Health Canada thus has developed a solid capacity for privacy policy work. (See appendix 1) Its Access to Information and Privacy Division (staff of 44) has both a Policy Unit (14 officers) and an Operational Unit (30 analysts). Organizationally, it allows for mobility between the units, particularly at the more junior levels. Both policy and operational personnel operate on a portfolio basis in that they are responsible for assisting and providing advice to specific program and service areas within the Department. One of the main advantages of having a policy unit is that Health Canada can maintain an active privacy training and awareness program in a very large and decentralized Department. The Privacy Commissioner of Canada recently advocated that all federal managers and executives should have privacy information management training, just as they are now required to have financial and human resource management training.87

The concept of Chief Privacy Officers, with staff and financial resources, in place across all governmental and private sector concerns in this country is an idea whose time has truly come. The Government of Canada should emulate Ontario and appoint a Chief Privacy Officer to serve as the government's focal point for privacy advice across the entire government; each privacy-intensive federal entity should have similar officials in place for the same purposes. Such officials would be vital counterparts to the existing Chief Information Officers and Chief Security Officers, who are also crucial contributors to the data protection imperative.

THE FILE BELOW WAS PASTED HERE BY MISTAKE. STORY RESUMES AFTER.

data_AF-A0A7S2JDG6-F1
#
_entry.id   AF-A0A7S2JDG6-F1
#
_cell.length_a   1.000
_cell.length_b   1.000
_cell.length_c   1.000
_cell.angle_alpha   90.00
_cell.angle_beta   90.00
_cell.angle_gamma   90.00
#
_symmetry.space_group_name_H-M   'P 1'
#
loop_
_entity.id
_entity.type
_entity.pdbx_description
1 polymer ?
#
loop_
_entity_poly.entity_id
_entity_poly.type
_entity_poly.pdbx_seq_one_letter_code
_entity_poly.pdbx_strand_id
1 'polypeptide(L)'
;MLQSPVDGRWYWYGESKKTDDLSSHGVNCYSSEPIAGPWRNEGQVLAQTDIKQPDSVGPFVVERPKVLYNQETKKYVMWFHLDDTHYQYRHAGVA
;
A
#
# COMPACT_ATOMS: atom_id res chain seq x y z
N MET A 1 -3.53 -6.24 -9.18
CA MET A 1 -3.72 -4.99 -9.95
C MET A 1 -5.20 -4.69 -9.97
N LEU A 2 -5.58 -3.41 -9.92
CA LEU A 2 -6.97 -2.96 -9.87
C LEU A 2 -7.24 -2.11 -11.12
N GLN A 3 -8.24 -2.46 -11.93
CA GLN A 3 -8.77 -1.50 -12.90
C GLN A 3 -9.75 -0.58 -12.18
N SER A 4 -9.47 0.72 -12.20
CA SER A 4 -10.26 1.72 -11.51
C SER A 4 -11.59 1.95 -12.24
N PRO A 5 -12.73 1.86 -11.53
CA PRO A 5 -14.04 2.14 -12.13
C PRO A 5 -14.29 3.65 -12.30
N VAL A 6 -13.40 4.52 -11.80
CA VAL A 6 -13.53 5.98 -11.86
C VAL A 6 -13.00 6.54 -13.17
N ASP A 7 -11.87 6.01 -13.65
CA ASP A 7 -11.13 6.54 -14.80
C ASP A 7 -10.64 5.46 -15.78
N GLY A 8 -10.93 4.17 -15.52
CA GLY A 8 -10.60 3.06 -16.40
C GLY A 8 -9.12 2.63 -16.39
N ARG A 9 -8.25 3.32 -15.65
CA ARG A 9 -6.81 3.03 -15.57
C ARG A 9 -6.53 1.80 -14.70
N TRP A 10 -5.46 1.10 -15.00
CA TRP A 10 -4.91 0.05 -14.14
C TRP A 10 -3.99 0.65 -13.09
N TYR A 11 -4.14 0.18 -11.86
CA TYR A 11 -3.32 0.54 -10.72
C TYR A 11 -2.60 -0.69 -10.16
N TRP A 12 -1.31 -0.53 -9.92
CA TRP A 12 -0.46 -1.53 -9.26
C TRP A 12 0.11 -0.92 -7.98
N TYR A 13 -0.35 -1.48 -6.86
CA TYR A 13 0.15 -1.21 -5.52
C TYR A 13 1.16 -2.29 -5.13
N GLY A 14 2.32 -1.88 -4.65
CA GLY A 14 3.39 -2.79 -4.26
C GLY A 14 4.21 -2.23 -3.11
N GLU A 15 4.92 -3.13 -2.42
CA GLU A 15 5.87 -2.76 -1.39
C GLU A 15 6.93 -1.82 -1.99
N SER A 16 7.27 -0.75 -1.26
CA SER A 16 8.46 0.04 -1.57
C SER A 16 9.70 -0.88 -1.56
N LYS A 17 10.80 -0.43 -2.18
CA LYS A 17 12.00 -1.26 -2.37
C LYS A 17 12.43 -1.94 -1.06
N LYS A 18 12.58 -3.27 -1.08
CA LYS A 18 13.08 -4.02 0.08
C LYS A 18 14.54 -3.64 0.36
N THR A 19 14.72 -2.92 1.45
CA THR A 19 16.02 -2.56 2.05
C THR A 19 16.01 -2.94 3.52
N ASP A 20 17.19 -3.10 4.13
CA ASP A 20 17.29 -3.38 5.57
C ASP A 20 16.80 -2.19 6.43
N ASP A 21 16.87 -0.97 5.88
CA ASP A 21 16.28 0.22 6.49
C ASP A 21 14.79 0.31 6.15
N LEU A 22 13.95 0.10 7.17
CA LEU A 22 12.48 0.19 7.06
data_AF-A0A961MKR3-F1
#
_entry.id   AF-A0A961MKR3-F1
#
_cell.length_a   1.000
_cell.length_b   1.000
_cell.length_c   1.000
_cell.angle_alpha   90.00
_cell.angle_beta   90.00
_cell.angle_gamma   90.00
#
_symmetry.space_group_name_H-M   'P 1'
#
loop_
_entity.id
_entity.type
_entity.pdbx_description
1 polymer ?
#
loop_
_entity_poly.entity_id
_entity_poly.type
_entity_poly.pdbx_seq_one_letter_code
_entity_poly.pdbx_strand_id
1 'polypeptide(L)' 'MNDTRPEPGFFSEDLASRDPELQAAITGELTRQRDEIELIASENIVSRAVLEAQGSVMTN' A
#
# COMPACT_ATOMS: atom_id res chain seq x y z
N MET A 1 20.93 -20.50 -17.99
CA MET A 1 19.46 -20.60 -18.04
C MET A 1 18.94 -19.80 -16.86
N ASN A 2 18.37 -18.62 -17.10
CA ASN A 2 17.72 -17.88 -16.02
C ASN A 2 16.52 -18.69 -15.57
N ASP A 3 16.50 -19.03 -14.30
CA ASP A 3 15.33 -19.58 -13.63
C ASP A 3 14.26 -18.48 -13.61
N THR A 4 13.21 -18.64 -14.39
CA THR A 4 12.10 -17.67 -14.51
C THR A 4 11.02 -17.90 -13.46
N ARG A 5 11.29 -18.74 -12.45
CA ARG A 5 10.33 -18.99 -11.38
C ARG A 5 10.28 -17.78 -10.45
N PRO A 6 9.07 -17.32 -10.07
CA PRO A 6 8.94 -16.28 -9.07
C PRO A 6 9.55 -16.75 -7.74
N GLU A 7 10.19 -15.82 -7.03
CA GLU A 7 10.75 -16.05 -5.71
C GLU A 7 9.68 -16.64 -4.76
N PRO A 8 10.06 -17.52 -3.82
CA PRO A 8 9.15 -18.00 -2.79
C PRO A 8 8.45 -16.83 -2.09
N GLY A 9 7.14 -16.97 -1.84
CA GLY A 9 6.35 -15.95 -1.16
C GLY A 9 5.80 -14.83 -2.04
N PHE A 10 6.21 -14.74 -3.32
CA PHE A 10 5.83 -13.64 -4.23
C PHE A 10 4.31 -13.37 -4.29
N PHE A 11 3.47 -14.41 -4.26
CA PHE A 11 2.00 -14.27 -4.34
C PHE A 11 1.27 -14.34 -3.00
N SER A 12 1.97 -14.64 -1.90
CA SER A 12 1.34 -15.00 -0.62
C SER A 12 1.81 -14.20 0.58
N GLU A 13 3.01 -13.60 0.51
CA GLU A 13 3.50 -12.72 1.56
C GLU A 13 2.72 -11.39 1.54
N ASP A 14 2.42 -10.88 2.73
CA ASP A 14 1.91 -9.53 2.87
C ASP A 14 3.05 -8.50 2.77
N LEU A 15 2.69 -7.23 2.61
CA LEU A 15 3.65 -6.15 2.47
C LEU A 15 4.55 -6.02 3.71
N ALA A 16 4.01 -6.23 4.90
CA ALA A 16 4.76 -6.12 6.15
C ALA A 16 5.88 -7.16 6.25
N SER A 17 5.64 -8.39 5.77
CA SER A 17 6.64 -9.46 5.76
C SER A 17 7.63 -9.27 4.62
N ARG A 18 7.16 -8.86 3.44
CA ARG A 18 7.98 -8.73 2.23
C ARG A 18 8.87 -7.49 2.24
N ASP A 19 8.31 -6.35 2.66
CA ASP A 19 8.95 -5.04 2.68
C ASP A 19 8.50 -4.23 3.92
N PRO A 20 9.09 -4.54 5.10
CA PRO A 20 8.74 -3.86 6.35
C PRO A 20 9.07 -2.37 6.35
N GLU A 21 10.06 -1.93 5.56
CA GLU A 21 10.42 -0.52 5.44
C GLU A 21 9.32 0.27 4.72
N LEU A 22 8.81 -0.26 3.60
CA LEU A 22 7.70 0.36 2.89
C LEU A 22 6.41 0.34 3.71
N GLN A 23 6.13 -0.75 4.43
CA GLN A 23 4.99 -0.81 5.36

Reform of the Privacy Act itself, however desirable, is not a magic bullet or a panacea that will cure all privacy ills in the federal domain. It can only be one component of enhanced privacy management for federal institutions, crown corporations, and other federal entities, such as the Canadian Blood Services, that are largely funded by the federal government and that now escape statutory regulation.88 On-line privacy training on a repeat basis for anyone who works with personal information is absolutely essential for enhancing compliance.89 The government itself must make its departments do their privacy jobs with commitment and resolution on an ongoing basis.